Blog Archives

Faculty Development – The Incentive Side of the Equation

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Are you having challenges in engaging your instructors in your faculty development program?

Most career college instructors are highly motivated because they are passionate about their students. As career educators, they are driven by the goal of providing an excellent education to their students and helping them succeed in their life and career. These instructors are always looking for opportunities to enhance their teaching skills to better serve their students.

However, some instructors genuinely feel that they don don’t need to be taught how to teach. Some know their subject matter so well that they believe that makes them an expert instructor. Some have taught for years and believe that that there is nothing more to learn about teaching a class. What I have learned is that …

Get Healthy

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Do you know what condition your marketing is in? It may be time for an enrollment marketing check-up…

Get Starts has developed a list of questions to help you get clear picture of what state your marketing is in now and what you need to do to about it. Think of it as a form of “self diagnosis.” Your results will show you what your priorities should be and the remedies to consider.

EDU Marketing Guide – Self Diagnosis

This is the fastest and easiest way we know to help you get your arms around your current situation so you leverage every dollar you spend to produce a measurable Return on Investment.

Getting Results – Things to Do After Training

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Training is ineffective unless the desired behavior, knowledge, and skills are transferred to the workplace. It is not enough to simply admonish employees to apply what they learn in training. Below is a suggested list of things to do after training starts to maximize transfer of training to the workplace.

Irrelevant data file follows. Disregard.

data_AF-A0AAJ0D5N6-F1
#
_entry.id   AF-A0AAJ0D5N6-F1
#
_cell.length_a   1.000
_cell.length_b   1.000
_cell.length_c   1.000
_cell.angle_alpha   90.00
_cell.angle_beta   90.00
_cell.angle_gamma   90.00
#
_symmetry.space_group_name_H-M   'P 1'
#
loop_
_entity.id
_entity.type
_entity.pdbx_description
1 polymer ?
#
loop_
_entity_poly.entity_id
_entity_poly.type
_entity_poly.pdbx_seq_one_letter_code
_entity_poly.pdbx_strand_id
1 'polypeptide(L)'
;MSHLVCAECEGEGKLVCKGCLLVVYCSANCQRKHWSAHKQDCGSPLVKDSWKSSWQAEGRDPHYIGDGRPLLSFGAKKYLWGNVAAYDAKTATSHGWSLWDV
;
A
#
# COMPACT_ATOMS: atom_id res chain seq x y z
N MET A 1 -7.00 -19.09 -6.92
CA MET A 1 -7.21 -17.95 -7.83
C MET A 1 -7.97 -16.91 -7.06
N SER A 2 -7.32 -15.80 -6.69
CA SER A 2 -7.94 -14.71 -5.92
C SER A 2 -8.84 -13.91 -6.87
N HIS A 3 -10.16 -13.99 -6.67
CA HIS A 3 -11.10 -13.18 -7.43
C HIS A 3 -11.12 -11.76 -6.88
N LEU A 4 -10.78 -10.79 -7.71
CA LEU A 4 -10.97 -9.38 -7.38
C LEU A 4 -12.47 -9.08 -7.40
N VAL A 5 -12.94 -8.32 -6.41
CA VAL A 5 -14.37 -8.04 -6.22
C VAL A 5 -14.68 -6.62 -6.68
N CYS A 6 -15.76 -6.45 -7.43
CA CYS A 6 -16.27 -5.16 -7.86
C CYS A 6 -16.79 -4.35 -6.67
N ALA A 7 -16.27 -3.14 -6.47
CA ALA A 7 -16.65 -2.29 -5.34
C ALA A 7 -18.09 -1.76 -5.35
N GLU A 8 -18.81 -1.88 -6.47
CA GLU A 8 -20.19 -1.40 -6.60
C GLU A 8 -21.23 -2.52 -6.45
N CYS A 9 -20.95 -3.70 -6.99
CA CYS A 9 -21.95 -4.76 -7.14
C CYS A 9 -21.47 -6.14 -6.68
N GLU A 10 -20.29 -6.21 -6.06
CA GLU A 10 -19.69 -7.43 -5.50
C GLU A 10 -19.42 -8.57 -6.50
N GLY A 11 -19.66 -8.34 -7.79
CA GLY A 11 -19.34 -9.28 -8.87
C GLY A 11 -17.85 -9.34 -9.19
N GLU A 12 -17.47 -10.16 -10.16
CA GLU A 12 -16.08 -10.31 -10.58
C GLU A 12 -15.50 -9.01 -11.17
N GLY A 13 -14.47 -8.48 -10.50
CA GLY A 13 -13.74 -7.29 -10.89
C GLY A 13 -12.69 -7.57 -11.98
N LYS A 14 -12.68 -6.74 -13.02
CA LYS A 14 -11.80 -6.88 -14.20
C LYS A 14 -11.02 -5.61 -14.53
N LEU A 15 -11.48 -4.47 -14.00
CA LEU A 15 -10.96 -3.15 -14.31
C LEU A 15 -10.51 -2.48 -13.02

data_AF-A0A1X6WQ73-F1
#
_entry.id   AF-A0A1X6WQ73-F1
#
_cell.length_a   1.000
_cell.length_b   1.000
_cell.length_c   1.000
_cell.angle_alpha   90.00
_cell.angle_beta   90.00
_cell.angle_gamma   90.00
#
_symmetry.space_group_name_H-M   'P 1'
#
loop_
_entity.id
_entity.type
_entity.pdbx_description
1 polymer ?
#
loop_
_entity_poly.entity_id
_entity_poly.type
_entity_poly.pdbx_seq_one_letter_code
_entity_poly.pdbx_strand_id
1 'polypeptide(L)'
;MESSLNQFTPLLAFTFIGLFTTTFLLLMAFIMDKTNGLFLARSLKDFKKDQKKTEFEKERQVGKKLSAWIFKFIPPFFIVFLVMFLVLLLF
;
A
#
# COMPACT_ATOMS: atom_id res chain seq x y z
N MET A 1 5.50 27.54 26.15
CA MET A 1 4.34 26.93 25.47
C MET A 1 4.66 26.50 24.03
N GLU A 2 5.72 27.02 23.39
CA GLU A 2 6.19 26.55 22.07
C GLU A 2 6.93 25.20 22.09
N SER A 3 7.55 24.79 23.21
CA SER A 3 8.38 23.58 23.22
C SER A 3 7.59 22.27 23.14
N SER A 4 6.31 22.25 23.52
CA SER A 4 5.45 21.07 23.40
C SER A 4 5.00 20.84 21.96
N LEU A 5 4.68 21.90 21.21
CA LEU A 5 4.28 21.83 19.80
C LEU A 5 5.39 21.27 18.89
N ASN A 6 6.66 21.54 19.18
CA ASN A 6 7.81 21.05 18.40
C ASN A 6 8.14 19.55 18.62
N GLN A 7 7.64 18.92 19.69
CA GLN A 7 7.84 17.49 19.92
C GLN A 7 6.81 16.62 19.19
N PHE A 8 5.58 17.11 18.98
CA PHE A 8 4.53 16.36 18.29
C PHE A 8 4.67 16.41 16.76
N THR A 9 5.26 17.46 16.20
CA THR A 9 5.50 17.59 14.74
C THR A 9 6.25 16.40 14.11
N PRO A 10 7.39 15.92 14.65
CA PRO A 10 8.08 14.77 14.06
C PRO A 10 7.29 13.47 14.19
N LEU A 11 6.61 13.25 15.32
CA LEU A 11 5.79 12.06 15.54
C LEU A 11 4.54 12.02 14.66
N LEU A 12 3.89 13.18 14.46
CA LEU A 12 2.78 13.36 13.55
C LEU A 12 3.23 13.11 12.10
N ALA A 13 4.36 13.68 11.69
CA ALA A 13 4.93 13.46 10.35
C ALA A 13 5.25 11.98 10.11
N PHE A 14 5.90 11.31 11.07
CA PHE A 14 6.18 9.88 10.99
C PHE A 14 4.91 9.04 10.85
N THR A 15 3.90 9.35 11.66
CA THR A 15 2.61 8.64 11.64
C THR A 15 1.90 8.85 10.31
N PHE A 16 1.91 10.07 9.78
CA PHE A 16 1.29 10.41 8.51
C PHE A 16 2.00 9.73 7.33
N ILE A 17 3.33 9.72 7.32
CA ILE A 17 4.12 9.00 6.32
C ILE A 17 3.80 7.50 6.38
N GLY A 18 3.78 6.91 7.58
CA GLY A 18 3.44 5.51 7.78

Coach the trainees. Review the highlights of what was learned and how it applies to the employee’s job. Meet one-on-one to communicate your support for the transfer of training; offer help ("Tell me what I can do to help you apply what you have learned."). Remind the trainee that the application of new skills to the job may not be as easy as it appears at first, that difficulties will be encountered.

Give the trainees assignments in …

Blog: No Mercy for Career Education Instructors

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Few writers can say that they are in fact failed stand-up comedians, but it has happened to me – and that might be funnier than any joke I could ever hope to tell. I think, now, that I merely had an affinity for words and for storytelling back then, just before my 19th and 20th birthdays. I’d scribble half-funny things I said at parties and while riding shotgun with friends (oddly enough, on car rides mostly to parties) into a private notebook I kept pushed under my bed. Then I’d come back to the material later to write a comedy act, pull out the notebook thick with dust bunnies and the half-funny jokes read like very serious excerpts from Chaucer or Dickens or maybe Exodus. …